In the US there's no specific weight limit in the regulations. Instead, they just say that you must be capable of performing the duties of a pilot, e.g. 14 CFR 61.113:
The general medical standards for a first-class airman medical
(b) No other organic, functional, or structural disease, defect, or
limitation that the Federal Air Surgeon, based on the case history and
appropriate, qualified medical judgment relating to the condition
(1) Makes the person unable to safely perform the duties or exercise
the privileges of the airman certificate applied for or held; or
(2) May reasonably be expected, for the maximum duration of the airman
medical certificate applied for or held, to make the person unable to
perform those duties or exercise those privileges.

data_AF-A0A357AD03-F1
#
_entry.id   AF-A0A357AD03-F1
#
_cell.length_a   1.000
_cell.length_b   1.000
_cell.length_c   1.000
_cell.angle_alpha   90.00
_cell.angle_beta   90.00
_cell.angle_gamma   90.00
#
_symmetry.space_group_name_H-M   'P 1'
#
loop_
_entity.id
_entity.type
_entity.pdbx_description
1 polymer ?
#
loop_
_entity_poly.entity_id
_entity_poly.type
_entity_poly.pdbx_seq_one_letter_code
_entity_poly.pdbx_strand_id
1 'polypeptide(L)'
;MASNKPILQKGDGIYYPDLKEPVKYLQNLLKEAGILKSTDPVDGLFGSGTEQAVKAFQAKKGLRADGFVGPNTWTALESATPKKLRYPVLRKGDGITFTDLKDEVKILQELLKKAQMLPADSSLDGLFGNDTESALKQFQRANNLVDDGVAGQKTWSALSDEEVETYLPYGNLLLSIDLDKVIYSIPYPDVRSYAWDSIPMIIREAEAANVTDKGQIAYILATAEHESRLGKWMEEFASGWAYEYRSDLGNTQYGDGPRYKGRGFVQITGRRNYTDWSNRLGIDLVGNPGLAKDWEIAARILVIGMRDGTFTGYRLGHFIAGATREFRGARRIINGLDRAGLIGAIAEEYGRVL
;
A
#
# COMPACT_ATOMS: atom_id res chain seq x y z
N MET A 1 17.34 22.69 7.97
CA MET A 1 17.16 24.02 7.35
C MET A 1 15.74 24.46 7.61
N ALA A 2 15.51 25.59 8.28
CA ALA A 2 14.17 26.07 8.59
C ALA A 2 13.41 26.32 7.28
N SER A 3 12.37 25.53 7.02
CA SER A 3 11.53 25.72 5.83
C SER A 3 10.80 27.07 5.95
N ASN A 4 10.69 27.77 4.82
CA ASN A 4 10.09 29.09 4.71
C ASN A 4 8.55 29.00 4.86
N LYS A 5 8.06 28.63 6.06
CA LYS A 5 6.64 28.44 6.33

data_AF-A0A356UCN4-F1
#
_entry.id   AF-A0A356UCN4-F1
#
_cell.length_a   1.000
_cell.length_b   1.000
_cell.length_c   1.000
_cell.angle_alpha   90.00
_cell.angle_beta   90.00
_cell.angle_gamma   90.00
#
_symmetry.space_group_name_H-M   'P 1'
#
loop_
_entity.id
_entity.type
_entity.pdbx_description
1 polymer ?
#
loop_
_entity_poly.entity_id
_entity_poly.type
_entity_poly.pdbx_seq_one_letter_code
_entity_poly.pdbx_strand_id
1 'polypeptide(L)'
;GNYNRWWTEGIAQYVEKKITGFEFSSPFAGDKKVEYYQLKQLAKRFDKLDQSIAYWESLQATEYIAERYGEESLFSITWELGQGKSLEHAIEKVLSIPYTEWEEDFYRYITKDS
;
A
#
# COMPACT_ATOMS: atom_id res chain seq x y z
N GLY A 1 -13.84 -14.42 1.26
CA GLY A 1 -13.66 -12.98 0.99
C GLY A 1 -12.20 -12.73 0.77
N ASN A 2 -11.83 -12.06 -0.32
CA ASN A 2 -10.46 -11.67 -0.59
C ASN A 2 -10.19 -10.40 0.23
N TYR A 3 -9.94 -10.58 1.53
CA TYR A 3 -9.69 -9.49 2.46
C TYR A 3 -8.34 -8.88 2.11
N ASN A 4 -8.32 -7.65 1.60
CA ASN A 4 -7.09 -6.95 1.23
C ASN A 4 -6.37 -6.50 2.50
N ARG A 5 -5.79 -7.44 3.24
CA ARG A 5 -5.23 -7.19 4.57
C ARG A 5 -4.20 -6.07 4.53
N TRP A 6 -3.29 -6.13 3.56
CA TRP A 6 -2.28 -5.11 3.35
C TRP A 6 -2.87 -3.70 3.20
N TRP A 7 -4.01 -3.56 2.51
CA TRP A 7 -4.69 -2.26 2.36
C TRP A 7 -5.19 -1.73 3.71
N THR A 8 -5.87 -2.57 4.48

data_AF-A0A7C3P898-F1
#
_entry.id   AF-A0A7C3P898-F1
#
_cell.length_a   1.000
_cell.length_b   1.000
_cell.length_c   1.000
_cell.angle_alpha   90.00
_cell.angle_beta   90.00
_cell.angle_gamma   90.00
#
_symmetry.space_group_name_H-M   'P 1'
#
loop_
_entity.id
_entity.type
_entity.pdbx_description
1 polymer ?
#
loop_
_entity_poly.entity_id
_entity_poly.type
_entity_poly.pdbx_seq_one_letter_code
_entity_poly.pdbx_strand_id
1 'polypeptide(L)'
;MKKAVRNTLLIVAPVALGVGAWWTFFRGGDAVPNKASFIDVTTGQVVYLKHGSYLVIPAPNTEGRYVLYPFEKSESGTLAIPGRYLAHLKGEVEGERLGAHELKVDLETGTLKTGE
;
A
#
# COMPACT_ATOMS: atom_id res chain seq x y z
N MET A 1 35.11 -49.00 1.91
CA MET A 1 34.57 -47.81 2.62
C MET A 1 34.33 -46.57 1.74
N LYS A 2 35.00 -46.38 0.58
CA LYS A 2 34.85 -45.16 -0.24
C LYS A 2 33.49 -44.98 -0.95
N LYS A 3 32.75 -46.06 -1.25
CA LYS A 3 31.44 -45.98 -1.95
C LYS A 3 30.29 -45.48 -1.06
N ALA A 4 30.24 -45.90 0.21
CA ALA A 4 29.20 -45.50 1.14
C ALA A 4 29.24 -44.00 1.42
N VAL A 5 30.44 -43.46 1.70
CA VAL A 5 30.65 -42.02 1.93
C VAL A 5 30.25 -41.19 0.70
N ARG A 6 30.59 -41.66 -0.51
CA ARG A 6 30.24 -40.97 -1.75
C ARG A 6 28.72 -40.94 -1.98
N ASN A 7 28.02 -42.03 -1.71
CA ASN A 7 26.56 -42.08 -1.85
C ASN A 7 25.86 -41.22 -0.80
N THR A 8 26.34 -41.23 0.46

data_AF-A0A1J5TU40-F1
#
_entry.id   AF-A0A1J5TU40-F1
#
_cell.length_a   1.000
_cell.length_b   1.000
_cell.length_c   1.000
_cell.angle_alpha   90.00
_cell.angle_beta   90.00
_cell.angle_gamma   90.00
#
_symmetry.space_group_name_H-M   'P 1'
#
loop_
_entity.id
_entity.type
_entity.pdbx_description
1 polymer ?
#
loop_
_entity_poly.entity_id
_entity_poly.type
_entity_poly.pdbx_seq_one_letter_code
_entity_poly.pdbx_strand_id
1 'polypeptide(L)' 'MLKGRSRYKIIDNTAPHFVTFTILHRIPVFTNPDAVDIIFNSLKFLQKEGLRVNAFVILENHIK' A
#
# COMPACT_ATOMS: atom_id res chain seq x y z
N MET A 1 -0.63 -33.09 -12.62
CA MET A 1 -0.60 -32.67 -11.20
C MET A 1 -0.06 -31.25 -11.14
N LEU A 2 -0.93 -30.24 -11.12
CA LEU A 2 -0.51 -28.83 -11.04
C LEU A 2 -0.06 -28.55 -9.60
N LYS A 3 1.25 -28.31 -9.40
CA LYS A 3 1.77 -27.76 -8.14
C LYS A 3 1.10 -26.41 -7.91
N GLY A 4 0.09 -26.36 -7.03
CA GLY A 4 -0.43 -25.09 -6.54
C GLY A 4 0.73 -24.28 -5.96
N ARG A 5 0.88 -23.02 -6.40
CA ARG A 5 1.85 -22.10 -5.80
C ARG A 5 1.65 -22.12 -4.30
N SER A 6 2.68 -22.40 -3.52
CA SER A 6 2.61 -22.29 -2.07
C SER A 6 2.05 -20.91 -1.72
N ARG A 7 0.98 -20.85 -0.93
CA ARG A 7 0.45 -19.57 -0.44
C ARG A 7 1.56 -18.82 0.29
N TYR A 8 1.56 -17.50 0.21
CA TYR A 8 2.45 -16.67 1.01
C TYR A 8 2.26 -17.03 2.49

But the FAA is concerned about some conditions that are strongly linked with obesity, like heart disease, diabetes or sleep apnea. Those could be an issue for getting a medical certificate.
Apart from the regulations, there may be some practical weight limits for other reasons:
- Military pilots have much stricter medical requirements (I know you're asking about commercial pilots), partly because they have some special considerations
- A very large pilot may be physically unable to fit into some cockpits and/or move the controls to their limits
- A very heavy pilot may be too heavy to fly in some smaller aircraft (including training aircraft) because of weight and balance limitations